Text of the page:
Scaling checklists are a trendy tool…luckily, they’re also pretty useful! A number of organizations and programs have them, how do you find or develop right one for you? (Want to check out SxD’s? Click here)
In order scale, your solution must be simple. But the world we live in is not simple, it’s complex. Development sector practitioners strive to design holistic interventions and models that address the real-world needs of program participants. How do we address this tension?
” There is a tendency in the development industry to try and approach problems from a holistic perspective. But when you talk that way, it becomes very hard to find an entry point. Yes, everything is connected; yes, everything is complicated — but if you let that be the framework through which you start, you won’t get anywhere.
That’s why the world is scattered with pilot projects. Lovely pilot projects that are trying to deal with holistic issues, but are never going to get beyond 50 schools or 50 villages. If you look at the things that have achieved massive scale, they are well-defined interventions — or at least started that way.
I always tell people: don’t try and paint the masterpiece — do one layer, and do it well, then do another on top of that. Just creating or strengthening a platform to deliver something simply but well gives you the opportunity to build other stuff on top of it.”
We’re big fans of Apolitical’s blog series on scaling social impact! One of the hidden but crucial concepts the series surfaces is understanding what is core, or “fixed” and a non-negotiable element of your innovation:
“For one, it’s not always clear whether or how something is working. Impact evaluation is growing, but billions of dollars of policy expenditure remain inadequately unevaluated. And, even when impact is proven, it’s not always clear what exactly is responsible. Scaling up often requires paring down a program to its essentials — and for this you need to know what can and cannot be compromised.”
In Scale X Design, we emphasize learning and documenting “fixed” vs. “flexible” elements of your model. That’s the easy part. The tough part is testing, learning and iterating and managing this knowledge across loosely connected practitioners.
In their lessons learned, the team cites how we had to learn the hard way about incentivizing our scalers – loan officers!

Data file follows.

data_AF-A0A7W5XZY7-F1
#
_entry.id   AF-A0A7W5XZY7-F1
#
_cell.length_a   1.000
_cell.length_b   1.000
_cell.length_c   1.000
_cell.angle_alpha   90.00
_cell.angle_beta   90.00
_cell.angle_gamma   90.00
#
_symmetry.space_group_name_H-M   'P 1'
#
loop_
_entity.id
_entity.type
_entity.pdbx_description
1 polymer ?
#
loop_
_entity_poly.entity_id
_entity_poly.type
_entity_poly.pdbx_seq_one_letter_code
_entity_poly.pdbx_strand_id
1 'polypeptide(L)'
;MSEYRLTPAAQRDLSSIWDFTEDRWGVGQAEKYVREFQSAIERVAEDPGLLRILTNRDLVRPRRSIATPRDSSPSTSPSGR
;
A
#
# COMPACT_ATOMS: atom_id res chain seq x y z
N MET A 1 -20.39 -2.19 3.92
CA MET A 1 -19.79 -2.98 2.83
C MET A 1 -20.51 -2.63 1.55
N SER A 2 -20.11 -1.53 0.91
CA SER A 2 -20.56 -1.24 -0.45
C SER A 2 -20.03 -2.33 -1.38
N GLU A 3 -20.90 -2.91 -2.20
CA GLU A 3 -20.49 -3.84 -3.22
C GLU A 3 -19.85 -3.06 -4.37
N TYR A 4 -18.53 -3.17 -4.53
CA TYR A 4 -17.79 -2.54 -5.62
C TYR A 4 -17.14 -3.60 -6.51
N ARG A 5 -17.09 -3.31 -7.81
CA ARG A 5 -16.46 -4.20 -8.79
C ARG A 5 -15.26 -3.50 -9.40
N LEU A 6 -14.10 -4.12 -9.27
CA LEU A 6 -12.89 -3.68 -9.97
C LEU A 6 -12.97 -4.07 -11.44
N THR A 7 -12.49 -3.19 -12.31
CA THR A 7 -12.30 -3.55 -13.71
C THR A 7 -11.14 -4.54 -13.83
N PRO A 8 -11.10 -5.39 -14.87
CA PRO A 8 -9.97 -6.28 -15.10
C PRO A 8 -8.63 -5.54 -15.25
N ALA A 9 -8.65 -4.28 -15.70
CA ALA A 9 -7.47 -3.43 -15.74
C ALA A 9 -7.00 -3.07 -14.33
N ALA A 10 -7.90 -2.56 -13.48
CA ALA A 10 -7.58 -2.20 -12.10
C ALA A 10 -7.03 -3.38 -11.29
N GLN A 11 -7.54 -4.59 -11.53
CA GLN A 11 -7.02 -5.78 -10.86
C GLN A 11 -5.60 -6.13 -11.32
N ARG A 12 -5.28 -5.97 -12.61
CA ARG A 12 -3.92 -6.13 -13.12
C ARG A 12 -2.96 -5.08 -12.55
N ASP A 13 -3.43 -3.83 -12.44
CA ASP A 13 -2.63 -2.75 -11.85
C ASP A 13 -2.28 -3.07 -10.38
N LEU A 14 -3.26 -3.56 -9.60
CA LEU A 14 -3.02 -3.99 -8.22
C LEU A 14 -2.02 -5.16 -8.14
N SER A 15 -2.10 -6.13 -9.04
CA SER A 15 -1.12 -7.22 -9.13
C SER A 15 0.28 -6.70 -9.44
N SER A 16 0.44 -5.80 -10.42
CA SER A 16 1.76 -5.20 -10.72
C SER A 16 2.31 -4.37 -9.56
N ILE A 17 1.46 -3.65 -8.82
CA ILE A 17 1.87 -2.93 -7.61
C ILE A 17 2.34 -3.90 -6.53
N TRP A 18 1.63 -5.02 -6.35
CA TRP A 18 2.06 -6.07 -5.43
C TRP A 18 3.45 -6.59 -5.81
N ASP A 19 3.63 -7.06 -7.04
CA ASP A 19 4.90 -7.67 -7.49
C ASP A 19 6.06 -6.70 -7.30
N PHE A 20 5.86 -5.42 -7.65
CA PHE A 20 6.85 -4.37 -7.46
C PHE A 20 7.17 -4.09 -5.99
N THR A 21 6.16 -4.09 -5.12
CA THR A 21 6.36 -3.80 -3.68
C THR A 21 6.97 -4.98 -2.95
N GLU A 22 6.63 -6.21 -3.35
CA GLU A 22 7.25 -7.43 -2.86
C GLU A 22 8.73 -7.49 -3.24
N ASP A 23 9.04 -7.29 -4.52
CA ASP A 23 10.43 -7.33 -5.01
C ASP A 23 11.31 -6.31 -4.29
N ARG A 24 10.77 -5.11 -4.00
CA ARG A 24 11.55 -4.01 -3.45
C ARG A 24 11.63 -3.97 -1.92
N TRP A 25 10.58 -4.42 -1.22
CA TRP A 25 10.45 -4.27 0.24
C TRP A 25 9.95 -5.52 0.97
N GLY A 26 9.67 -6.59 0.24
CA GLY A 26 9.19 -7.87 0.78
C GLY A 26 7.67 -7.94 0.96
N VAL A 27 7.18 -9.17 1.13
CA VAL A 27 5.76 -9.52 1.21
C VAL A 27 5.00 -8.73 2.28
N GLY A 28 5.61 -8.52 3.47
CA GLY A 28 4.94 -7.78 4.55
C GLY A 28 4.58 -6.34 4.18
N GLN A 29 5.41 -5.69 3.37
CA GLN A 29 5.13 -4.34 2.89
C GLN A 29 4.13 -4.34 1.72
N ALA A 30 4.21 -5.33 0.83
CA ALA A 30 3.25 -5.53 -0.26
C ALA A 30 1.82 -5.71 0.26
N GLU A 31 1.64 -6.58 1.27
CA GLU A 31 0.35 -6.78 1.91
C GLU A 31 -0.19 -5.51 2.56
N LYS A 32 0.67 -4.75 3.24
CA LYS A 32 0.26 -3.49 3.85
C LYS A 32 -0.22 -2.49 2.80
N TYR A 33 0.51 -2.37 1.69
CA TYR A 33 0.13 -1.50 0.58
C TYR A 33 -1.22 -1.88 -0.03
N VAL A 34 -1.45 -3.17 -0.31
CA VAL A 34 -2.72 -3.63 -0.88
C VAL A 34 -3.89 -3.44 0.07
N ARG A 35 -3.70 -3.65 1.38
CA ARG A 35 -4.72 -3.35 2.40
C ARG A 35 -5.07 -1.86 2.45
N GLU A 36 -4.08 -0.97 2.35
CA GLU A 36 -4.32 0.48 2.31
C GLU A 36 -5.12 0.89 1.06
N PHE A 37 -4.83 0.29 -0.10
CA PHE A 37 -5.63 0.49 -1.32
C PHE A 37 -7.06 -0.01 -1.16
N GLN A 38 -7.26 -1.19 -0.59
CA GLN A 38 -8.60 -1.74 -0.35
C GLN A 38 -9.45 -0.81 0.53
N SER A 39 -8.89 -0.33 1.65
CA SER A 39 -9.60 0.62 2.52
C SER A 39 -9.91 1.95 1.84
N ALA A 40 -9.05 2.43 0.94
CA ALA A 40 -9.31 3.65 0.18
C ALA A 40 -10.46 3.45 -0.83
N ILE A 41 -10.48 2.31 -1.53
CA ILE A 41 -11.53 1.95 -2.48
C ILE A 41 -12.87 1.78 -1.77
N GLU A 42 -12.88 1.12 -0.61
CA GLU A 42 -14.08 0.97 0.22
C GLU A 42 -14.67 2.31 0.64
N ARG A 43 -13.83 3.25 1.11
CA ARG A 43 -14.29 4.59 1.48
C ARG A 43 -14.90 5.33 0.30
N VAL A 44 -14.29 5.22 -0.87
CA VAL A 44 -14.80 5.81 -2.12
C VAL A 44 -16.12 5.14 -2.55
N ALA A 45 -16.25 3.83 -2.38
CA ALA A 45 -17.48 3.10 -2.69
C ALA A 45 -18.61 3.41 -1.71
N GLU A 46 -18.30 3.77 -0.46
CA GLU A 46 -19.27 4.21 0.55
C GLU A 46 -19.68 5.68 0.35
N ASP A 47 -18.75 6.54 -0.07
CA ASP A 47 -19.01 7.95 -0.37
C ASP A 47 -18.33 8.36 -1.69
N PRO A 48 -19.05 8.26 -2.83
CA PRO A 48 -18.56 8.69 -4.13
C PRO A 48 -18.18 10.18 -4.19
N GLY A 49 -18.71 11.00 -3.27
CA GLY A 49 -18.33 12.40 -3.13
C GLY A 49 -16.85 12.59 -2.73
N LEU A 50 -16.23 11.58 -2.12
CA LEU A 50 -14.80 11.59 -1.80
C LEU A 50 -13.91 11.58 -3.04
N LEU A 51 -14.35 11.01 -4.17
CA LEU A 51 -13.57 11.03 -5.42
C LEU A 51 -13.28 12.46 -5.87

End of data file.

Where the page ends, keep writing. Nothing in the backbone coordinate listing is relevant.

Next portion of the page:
“The introduction of the A-Card has not been without its challenges. We have found that microfinance institutes (MFIs) sometimes experience a conflict of interest between offering A-Card and microfinance loans. Since MFIs earn only a 1 percent profit on A-Card and a 25 percent profit on standard loans, they have more incentive to push standard products on customers instead of offering the A-Card. To avoid this, the team is experimenting with individual local market actors like input retailers or Local Service Providers as a banking agent for this pilot.
Another lesson learned from the A-Card is that local bank staff didn’t have incentives to sell this product because it was not tied to their performance goals. We are currently working with banks to develop new incentive structures to overcome this.”
The motivations and “what’s in it for me?” perspective of our scalers – the people that we rely on to implement, promote and expand our innovation solution – are often the most overlooked! A-CARD’s incredible impact on farmers won’t matter if loan officers don’t promote the solution.
“The most urgent challenge in the social sector is not innovation, but replication. No idea will drive big impact at scale unless organizations—a lot of them—replicate it. And there are plenty of high-impact ideas awaiting high-quality replication. More than a few of them are backed by randomized controlled trial (RCT) results and all that stuff. It turns out that replication matters even more than innovation when it comes to impact at scale.”
Great argument! As a well as a very well articulated comment in response:
“USAID spends <5% on traditional R+D (i.e. new vaccines, etc) and <1% on grand challenges (i.e. Saving Lives at Birth, etc). I believe USAID and other donors need to be working with more non-traditional partners, not fewer, and encouraging new ways of doing business, not the same. It’s anecdotal, cynical and overly simplistic articles like this about “innovation” (whee!) vs. “scale” (the people who really “get it”) that exacerbate this mis-perception. The fact that “innovation” gets outsized attention relative to its actual spend and focus in global health and development certainly doesn’t mean we should do less of it. If done right, innovation should always be a healthy part of a strategic investment portfolio (likely more than the current 1-5%) if we want any hope of meeting the SDGs. The status quo isn’t gonna get us there.”
The spring edition of CARE’s Impact Magazine is out and all about Scale x Design!
Take a look at this special issue, which features an in-depth look at the Scale x Design Accelerator & Challenge, Cohort 1 spotlights, Chrysalis – the parent of both our Different Cup of Tea and Broadening gender teams, as well as other stories of Innovation at CARE.
Click the cover to read the new issue: